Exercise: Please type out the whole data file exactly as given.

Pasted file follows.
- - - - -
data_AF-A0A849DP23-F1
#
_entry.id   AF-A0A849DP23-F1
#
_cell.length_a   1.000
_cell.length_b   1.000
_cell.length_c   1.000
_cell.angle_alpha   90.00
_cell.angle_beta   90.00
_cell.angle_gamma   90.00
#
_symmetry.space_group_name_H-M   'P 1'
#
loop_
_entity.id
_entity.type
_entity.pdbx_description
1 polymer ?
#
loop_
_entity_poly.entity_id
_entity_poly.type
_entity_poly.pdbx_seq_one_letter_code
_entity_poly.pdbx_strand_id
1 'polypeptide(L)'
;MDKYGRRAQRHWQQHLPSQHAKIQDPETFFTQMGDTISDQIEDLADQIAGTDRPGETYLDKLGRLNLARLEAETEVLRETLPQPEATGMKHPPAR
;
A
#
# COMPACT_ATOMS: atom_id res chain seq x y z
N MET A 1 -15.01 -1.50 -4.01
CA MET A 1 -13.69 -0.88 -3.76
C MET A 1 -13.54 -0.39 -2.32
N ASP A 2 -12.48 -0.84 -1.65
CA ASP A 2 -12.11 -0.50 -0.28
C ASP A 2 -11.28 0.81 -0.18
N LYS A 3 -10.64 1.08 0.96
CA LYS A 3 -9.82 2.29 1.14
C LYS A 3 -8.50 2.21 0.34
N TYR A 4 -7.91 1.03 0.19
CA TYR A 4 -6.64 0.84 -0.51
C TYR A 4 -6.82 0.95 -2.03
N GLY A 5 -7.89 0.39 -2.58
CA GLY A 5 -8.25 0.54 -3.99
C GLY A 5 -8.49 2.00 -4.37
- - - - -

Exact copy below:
data_AF-A0A849DP23-F1
#
_entry.id   AF-A0A849DP23-F1
#
_cell.length_a   1.000
_cell.length_b   1.000
_cell.length_c   1.000
_cell.angle_alpha   90.00
_cell.angle_beta   90.00
_cell.angle_gamma   90.00
#
_symmetry.space_group_name_H-M   'P 1'
#
loop_
_entity.id
_entity.type
_entity.pdbx_description
1 polymer ?
#
loop_
_entity_poly.entity_id
_entity_poly.type
_entity_poly.pdbx_seq_one_letter_code
_entity_poly.pdbx_strand_id
1 'polypeptide(L)'
;MDKYGRRAQRHWQQHLPSQHAKIQDPETFFTQMGDTISDQIEDLADQIAGTDRPGETYLDKLGRLNLARLEAETEVLRETLPQPEATGMKHPPAR
;
A
#
# COMPACT_ATOMS: atom_id res chain seq x y z
N MET A 1 -15.01 -1.50 -4.01
CA MET A 1 -13.69 -0.88 -3.76
C MET A 1 -13.54 -0.39 -2.32
N ASP A 2 -12.48 -0.84 -1.65
CA ASP A 2 -12.11 -0.50 -0.28
C ASP A 2 -11.28 0.81 -0.18
N LYS A 3 -10.64 1.08 0.96
CA LYS A 3 -9.82 2.29 1.14
C LYS A 3 -8.50 2.21 0.34
N TYR A 4 -7.91 1.03 0.19
CA TYR A 4 -6.64 0.84 -0.51
C TYR A 4 -6.82 0.95 -2.03
N GLY A 5 -7.89 0.39 -2.58
CA GLY A 5 -8.25 0.54 -3.99
C GLY A 5 -8.49 2.00 -4.37